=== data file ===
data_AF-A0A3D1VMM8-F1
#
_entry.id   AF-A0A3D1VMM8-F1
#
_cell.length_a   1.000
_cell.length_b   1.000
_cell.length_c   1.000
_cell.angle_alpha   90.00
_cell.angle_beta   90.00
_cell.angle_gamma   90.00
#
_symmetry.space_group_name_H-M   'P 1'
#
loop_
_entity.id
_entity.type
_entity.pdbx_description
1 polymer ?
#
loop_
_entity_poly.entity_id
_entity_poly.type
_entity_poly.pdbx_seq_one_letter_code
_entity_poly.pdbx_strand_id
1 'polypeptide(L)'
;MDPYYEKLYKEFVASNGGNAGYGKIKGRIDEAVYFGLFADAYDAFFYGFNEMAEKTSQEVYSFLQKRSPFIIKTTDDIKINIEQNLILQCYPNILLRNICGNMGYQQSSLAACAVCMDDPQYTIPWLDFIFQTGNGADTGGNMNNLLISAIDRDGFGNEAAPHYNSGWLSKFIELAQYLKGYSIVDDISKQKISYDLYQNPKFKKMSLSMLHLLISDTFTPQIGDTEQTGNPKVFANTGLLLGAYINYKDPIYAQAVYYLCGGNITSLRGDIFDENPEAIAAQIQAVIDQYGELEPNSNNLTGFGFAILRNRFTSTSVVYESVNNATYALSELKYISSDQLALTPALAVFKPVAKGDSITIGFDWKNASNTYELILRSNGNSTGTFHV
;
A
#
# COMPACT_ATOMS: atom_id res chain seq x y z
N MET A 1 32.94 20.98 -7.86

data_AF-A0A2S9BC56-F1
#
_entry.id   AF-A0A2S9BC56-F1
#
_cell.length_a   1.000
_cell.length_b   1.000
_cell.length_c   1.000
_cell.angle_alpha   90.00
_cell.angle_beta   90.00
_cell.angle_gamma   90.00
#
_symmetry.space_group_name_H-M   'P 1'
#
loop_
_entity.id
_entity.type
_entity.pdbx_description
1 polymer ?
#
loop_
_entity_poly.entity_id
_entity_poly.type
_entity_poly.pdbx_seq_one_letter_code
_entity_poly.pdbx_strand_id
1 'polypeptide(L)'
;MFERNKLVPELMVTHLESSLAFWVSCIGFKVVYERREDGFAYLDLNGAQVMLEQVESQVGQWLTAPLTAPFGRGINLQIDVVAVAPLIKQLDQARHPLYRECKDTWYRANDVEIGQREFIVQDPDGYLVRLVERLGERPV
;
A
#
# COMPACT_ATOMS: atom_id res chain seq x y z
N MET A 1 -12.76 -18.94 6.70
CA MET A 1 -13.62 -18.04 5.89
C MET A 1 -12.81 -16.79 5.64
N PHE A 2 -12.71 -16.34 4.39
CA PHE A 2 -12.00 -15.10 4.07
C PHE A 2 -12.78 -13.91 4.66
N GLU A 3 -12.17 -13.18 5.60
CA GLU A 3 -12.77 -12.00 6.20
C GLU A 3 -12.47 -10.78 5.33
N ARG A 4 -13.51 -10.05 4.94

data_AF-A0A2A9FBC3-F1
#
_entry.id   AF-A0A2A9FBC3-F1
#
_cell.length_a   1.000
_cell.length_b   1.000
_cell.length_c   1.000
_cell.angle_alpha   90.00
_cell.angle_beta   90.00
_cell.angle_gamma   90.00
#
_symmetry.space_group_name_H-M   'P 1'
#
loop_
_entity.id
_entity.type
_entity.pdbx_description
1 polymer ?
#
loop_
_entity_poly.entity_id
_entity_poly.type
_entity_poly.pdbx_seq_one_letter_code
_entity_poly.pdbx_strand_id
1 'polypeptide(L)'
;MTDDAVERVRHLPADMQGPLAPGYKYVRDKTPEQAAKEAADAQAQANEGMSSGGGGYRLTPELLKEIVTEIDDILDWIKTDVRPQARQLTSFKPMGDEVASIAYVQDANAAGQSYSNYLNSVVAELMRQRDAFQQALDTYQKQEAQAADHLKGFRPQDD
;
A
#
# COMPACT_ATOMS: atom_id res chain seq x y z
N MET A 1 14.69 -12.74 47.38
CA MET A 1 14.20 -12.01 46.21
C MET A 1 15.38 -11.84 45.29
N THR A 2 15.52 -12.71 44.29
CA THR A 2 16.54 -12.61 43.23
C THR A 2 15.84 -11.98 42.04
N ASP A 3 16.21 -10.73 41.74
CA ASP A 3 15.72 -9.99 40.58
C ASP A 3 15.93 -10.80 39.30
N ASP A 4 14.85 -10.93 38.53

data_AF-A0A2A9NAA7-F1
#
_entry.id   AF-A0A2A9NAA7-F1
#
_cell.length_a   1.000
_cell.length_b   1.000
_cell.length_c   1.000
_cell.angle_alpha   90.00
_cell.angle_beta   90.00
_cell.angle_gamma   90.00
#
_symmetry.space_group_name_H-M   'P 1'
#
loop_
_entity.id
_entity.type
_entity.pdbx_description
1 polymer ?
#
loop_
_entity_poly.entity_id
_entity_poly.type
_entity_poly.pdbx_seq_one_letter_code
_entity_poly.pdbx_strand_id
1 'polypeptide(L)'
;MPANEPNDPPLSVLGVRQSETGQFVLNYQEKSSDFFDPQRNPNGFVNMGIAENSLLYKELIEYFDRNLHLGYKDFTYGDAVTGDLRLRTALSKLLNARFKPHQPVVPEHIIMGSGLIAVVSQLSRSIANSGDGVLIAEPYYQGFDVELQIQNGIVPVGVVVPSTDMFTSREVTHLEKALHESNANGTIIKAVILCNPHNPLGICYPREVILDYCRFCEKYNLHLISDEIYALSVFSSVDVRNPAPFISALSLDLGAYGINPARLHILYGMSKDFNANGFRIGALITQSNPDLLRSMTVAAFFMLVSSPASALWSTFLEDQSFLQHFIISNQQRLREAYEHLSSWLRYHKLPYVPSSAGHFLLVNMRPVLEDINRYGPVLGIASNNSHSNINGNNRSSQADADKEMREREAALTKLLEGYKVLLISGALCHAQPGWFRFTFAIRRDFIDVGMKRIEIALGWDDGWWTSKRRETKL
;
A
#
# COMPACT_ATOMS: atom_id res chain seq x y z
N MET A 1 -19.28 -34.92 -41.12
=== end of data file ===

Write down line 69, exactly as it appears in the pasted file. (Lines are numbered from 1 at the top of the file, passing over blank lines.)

CA GLU A 3 -12.77 -12.00 6.20